Kosovo premier wants to drag Serbia into open war with NATO: President

BELGRADE, Serbia (AA): The Serbian president Saturday said Kosovo’s prime minister wants to drag Serbia into war with NATO.

“(Albin) Kurti will not stop. The bottom line is that he does not want to establish the Community of Serb Municipalities. He knows that this community must be in accordance with the principles from 2015 that (former Prime Minister of Kosovo) Isa Mustafa and I initialed. They will not allow the Serbs to do that.

“He wants to raise tension, he wants to drag us into the war. He wants to be a war leader, because he lacks that in his biography,” Aleksandar Vucic told the local broadcaster Pink TV.

According to Vucic, Kurti’s ambition is to draw Serbia into a conflict with NATO and it is clear to the key actors that the main fault lies with Kurti’s regime.

“Serbia now has to be careful,” he also noted.

Vucic will meet again Saturday with representatives of Serbs from Kosovo and Metohija region.

He said the strength of the Serbian army is incomparably greater than the Kosovo Security Forces, but that they are increasingly better armed, primarily with Turkish weapons.

“The Turks gave them very powerful armored vehicles, mortars, Bayraktars, howitzers, these are all things that Kosovo Security Forces has. We have to take that into account.

“NATO has not yet allowed them to fly Bayraktars, but they have visibility at night for tens of kilometers. We have to be careful. We know what we are doing. We have to have adequate means to react if our people are threatened. These are not stories and fairy tales, the world has changed,” Vucic added.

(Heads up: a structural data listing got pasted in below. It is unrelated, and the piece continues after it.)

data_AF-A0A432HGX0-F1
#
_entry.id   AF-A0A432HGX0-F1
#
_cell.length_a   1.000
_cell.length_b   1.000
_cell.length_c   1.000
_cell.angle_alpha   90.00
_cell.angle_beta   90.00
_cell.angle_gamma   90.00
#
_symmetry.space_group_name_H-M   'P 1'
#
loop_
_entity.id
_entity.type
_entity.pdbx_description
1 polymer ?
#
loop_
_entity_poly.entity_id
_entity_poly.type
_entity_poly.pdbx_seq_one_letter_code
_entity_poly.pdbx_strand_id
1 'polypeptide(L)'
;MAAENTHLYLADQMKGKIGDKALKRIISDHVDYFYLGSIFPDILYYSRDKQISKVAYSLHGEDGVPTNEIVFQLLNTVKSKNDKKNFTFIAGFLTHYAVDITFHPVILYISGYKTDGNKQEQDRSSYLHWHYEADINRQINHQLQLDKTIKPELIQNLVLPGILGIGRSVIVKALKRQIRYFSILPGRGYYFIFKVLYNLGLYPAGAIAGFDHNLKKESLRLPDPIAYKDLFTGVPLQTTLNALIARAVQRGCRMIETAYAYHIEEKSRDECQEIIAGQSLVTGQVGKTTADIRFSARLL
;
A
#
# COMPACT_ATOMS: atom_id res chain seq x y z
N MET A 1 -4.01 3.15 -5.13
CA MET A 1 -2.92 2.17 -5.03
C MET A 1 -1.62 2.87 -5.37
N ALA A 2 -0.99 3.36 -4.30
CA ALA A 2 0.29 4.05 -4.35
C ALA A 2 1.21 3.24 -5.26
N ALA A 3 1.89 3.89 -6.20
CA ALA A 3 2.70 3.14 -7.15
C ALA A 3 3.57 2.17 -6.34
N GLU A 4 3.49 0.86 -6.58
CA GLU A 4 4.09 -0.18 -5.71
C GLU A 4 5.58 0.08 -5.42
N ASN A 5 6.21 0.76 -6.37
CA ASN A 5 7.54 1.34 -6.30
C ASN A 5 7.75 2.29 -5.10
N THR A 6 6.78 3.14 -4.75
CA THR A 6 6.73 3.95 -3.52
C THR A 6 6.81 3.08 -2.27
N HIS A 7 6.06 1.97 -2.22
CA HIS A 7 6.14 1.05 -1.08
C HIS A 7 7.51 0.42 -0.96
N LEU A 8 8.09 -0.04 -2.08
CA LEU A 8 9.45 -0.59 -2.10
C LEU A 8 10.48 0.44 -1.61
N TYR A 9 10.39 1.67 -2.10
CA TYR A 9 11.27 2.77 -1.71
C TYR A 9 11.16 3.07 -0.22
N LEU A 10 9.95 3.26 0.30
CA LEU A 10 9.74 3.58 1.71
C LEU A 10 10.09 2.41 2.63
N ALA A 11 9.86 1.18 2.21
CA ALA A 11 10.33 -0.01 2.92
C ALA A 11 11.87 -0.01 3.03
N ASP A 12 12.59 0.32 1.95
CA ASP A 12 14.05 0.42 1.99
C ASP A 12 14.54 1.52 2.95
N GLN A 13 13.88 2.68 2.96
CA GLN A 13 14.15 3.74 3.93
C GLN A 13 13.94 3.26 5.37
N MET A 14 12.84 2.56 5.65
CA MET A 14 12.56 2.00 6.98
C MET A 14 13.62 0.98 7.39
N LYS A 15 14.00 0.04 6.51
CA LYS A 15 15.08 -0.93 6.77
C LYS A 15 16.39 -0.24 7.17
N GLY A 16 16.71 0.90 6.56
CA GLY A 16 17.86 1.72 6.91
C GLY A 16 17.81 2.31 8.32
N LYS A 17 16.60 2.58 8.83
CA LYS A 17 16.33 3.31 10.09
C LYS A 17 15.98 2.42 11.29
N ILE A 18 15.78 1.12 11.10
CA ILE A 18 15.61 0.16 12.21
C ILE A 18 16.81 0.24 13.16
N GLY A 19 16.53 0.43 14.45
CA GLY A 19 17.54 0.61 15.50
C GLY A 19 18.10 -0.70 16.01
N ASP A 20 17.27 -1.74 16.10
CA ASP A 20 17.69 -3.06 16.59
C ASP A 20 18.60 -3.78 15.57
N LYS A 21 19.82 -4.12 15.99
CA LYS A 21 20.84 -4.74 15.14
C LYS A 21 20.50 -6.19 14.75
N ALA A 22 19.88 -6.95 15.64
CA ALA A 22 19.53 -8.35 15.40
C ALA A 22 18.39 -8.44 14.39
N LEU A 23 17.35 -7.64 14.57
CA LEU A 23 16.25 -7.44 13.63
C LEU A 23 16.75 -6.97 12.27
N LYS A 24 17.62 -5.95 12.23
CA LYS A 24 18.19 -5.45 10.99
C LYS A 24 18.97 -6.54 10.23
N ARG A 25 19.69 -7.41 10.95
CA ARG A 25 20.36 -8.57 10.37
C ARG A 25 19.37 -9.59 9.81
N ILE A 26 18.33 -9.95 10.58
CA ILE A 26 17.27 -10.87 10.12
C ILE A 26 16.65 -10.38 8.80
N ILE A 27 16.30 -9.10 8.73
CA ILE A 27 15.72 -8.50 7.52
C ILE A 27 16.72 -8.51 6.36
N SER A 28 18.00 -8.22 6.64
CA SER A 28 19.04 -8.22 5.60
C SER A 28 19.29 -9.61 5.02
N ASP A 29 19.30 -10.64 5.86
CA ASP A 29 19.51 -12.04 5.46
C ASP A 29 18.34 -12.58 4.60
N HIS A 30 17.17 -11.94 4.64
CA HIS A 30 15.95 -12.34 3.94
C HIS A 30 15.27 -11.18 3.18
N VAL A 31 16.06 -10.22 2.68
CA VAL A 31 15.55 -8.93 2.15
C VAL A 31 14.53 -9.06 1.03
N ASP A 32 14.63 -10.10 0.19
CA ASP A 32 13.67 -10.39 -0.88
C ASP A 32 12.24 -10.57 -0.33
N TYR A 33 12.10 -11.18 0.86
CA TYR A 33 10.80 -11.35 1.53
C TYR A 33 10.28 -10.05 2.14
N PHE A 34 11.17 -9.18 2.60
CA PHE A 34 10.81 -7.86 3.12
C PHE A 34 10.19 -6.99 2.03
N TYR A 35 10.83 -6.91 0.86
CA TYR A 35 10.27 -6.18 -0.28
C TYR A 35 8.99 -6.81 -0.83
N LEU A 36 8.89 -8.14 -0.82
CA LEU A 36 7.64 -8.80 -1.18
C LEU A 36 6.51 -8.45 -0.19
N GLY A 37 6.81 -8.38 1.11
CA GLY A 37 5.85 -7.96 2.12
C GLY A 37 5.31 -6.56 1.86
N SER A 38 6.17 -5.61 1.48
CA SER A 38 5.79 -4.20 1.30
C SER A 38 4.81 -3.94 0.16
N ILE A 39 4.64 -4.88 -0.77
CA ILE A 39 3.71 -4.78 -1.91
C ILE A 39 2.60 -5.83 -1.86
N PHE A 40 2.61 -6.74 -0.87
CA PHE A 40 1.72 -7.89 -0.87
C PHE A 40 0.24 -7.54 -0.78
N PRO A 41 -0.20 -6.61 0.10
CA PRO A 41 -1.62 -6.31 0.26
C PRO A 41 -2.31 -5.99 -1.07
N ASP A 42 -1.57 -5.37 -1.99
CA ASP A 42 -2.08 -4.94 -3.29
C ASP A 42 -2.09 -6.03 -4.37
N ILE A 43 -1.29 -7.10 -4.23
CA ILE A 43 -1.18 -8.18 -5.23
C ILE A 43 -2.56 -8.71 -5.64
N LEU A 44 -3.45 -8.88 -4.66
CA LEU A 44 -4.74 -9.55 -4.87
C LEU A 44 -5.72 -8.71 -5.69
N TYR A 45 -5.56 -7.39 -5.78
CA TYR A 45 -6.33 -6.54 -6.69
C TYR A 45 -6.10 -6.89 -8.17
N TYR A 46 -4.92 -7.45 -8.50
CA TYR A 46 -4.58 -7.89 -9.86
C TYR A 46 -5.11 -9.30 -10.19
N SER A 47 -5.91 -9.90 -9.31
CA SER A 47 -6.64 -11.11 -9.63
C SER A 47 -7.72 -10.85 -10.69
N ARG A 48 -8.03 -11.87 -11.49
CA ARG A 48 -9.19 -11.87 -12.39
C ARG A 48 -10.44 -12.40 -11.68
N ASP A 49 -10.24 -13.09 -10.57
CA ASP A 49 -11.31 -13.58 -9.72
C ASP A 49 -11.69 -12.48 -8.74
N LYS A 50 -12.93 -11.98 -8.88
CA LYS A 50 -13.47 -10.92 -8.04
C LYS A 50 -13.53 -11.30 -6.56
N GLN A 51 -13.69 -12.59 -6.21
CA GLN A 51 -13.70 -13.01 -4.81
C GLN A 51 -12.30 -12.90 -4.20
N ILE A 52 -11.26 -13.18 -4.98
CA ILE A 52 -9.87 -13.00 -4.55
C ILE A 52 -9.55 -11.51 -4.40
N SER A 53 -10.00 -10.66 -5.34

The Kosovo Security Forces received five of Türkiye’s Bayraktar TB2 drones in early May amid the start of the largest international exercise, Defender Europe 23.

The Turkish combat drones are considered pivotal in conflicts ranging from Karabakh to Ukraine.

Albania and Serbia reaffirmed their intentions to purchase combat drones which have been in high demand worldwide.

“Within five months, we (Serbia) will receive several hundred to 1,000 kamikaze drones, which we took in the Middle East. We are taking that to deter a potential aggressor,” said Vucic.

After Albanians, Serbs are Kosovo’s biggest ethnic group, especially in the country’s north, next to Serbia. Serbia has never recognized the 2008 independence of Kosovo.

The election of ethnic Albanian mayors this April amid a Serb boycott led to tension in the north. Troops from neighboring Serbia also amassed at the border.

New elections needed: EU

The European Union urged Kosovo repeatedly to suspend police operations in the northern Serb-dominated municipalities and announce new snap local elections.

After the April elections in northern Kosovo, the EU said the low turnout among local Serbs did not provide municipalities with long-term political solutions.

Ethnic Serbs have been protesting the election of the mayors since late May.

On May 30, NATO decided to deploy 700 more troops to KFOR, the alliance-led peacekeeping mission in Kosovo, after 30 of its soldiers were injured amid unrest. A contingent of Turkish troops was among the reinforcements.

Tensions on border

Tensions were sparked following Kosovo’s detention of one of the organizers of a May 29 attack on NATO’s peacekeeping force, which was deployed amid Serb unrest over the installation of the ethnic Albanian mayors.

Serbia detained three Kosovo police officers on June 14, saying they were “planning an action in Serbia,” but Kosovo claimed that its officers had been kidnapped.

The EU requires Kosovo and Serbia to reach a final agreement and resolve their disputes to move forward with their integration into the bloc.

Most UN member states – including the US, UK, France, Germany, and Türkiye – recognized Kosovo as a country separate from its neighbor when Pristina declared its independence 15 years ago, but Belgrade continues to regard it as its territory.​​​​​​​